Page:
Monday, December 4, 2023

Eric Holder Inserts Himself into Arizona Audit, Urges DOJ to Be ‘Aggressively Involved’

'Letters are fine, but it has to be followed up with action...'

The former Obama “wing-man” and attorney general known for his aggressive political posturing is now urging his successors to crack down on GOP-led efforts to investigate vote fraud in Maricopa County.

Eric Holder jumped into the Democrat dog-pile over Arizona’s election audit during an appearance Monday on MSNBC‘s Rachel Maddow Show, according to MSN.com.

“All the things they are doing now are counterproductive,” he falsely claimed of the state Senate’s forensic investigation into the 2020 presidential election. “They are without basis, and they will hurt, they will harm, our hard-won democracy.”

To be certain, Holder has likely been a behind-the-scenes player in the months of failed resistance by left-wing activist groups, including those with known ties to the Obama administration, billionaire oligarch George Soros and the Chinese communist government.

To a large extent, their focus has been on winning the public-relations battle by leveraging propagandist mainstream media to try to discredit auditors and cast aspersions on the effort’s underlying motives.

But pending the Arizona findings, several other disputed states, including Pennsylvania and Georgia, now appear poised to launch their own independent audits.

Hard evidence of outcome-altering fraud in those three states alone would raise questions about the legitimacy of the Electoral College‘s decision to declare Biden the winner, putting 47 of his 306 total electoral votes under renewed scrutiny. The prevailing candidate must receive at least 270 electors.

With only three pallets of ballots remaining to be analyzed at Phoenix’s Veterans Memorial Coliseum, panicking Democrats were hoping for a Hail Mary from the country’s top law-enforcement agency, the Department of Justice.

Following lockstep with the strategy formulated by leftist election lawyers such as Perkins Coie’s Marc Elias, Deputy Assistant Attorney General Pamela S. Karlan penned a missive last month threatening retaliation in the form of civil-rights litigation.

“Such investigative efforts can have a significant intimidating effect on qualified voters that can deter them from seeking to vote in the future,” Karlan claimed, without evidence.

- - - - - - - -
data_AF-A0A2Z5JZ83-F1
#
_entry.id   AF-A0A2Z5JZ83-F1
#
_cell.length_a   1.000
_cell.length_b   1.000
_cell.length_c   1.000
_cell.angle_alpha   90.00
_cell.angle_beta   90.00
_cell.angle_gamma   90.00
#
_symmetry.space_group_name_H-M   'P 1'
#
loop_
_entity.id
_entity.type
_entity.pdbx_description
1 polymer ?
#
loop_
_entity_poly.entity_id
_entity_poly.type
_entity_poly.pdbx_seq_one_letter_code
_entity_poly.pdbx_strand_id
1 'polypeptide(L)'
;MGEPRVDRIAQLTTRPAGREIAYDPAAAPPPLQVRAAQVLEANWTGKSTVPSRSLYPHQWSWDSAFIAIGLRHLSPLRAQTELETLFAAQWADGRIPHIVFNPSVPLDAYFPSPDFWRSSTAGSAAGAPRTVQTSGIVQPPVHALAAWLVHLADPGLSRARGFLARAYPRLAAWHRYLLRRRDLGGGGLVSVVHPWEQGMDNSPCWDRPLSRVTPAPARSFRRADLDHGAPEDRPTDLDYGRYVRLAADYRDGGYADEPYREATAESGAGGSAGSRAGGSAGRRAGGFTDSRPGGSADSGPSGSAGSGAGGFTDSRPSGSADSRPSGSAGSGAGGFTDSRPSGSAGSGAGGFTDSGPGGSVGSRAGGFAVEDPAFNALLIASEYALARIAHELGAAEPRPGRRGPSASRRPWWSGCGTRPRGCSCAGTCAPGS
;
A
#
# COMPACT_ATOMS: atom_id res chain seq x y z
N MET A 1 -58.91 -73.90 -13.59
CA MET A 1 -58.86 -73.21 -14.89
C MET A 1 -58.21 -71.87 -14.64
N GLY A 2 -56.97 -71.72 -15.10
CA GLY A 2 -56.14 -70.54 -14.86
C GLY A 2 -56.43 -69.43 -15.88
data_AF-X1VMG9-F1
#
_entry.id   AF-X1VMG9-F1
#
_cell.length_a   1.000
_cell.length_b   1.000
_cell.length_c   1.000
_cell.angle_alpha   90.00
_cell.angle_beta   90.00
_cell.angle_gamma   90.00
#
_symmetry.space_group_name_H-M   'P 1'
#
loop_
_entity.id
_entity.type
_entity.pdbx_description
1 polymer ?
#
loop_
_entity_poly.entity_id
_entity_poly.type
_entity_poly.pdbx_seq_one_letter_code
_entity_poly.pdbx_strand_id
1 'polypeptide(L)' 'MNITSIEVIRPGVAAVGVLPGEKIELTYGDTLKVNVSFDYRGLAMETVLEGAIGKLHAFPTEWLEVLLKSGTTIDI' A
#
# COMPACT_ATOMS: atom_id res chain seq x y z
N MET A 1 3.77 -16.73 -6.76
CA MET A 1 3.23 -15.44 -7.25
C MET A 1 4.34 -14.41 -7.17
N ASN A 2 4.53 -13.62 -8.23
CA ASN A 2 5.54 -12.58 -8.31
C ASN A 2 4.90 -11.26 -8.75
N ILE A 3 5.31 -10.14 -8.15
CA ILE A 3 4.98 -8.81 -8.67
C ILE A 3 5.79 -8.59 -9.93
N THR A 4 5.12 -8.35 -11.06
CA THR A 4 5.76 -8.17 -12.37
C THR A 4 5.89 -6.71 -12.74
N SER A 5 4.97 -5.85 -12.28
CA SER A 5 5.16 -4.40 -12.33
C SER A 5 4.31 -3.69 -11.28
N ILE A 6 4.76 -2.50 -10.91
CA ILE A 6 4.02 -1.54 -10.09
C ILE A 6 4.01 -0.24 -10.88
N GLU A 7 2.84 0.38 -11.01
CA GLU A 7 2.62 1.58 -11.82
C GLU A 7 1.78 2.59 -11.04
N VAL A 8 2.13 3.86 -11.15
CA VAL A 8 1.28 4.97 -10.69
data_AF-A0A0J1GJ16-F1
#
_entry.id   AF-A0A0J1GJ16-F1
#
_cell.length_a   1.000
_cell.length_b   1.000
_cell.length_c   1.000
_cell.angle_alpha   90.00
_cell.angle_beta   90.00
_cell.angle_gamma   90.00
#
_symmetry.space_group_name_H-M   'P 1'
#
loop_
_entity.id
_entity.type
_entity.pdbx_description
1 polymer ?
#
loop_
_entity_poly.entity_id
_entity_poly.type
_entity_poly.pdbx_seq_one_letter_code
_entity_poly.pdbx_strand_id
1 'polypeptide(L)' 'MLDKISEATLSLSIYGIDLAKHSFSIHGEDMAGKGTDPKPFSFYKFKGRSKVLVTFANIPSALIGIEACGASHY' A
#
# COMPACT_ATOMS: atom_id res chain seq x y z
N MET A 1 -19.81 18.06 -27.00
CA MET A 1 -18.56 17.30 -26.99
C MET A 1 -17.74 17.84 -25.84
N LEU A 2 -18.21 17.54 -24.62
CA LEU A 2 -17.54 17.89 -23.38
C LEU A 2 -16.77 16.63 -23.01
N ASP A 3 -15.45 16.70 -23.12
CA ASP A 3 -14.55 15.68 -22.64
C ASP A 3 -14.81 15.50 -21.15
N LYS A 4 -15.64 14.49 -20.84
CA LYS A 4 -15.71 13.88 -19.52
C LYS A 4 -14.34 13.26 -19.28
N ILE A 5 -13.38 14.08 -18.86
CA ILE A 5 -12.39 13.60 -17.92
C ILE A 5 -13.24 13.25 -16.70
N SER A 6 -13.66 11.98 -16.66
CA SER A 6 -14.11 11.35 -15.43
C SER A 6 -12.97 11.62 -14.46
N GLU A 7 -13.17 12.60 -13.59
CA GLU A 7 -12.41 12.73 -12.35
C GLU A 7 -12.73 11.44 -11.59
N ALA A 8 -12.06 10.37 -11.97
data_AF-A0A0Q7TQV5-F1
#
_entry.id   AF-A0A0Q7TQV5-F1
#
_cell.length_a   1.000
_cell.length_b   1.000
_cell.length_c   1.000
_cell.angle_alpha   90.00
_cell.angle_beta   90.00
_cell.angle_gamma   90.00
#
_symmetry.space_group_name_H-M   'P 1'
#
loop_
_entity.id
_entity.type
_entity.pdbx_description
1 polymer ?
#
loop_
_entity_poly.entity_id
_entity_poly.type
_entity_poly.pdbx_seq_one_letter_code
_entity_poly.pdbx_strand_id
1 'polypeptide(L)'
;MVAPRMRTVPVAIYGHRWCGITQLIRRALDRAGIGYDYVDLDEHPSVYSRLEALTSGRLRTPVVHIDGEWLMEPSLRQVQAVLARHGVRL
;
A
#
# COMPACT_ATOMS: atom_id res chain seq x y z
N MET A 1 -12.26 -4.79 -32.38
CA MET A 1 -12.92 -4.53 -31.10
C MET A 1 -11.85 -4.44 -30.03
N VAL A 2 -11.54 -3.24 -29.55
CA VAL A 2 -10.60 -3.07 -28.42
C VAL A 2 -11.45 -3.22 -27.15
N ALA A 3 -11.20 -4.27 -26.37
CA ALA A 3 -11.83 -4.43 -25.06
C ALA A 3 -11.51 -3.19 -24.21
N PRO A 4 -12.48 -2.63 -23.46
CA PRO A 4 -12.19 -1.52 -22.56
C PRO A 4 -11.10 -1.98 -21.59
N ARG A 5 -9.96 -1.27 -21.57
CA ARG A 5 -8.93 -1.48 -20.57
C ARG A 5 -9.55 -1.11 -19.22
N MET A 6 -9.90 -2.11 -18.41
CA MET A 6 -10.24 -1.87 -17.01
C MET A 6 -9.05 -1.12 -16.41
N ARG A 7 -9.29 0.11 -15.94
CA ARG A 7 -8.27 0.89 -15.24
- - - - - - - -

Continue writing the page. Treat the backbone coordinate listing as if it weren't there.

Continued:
On the contrary, witnessing widespread, partisan fraud conducted in the open with impunity is more likely to have a deleterious effect on civic engagement than would state officials’ insistence upon a thorough reckoning of the votes.

But with activists’ phony pretenses failing to yield the required outcome, Holder suggested that the time for niceties was coming to an end.

Referring to the Arizona Senate’s legislative oversight as a “fraudit,” he urged the DOJ to become “aggressively involved” in thwarting further efforts to uncover election abuse.

“Letters are fine, but it has to be followed up with action,” Holder said.

Holder’s bullying tactics are nothing new. One of his first acts as attorney general was to implement a new policy of prosecutorial discretion, meaning he refused to back otherwise valid cases that ran counter to the Obama agenda.

He notoriously dropped the Bush administration’s voter-intimidation charges against the New Black Panther Party, which had dispatched uniformed, billy-club-wielding members to stand sentry in front of a Philadelphia polling station during the 2008 election.

Holder would go on to use his office to coerce universities, banks and other supposedly nonpartisan institutions into complying with radical leftist policies.

Since resigning in disgrace after a failed effort to intervene in Missouri’s 2014 race riots, Holder has continued to lower the political discourse with his bombastic rhetoric, often undergirding his partisan attacks on Republicans with the implicitly vague threat of violence.

“When they go low, we kick them,” he notoriously said during an October 2018 campaign stop in Georgia. “That’s what this new Democratic Party is about.”

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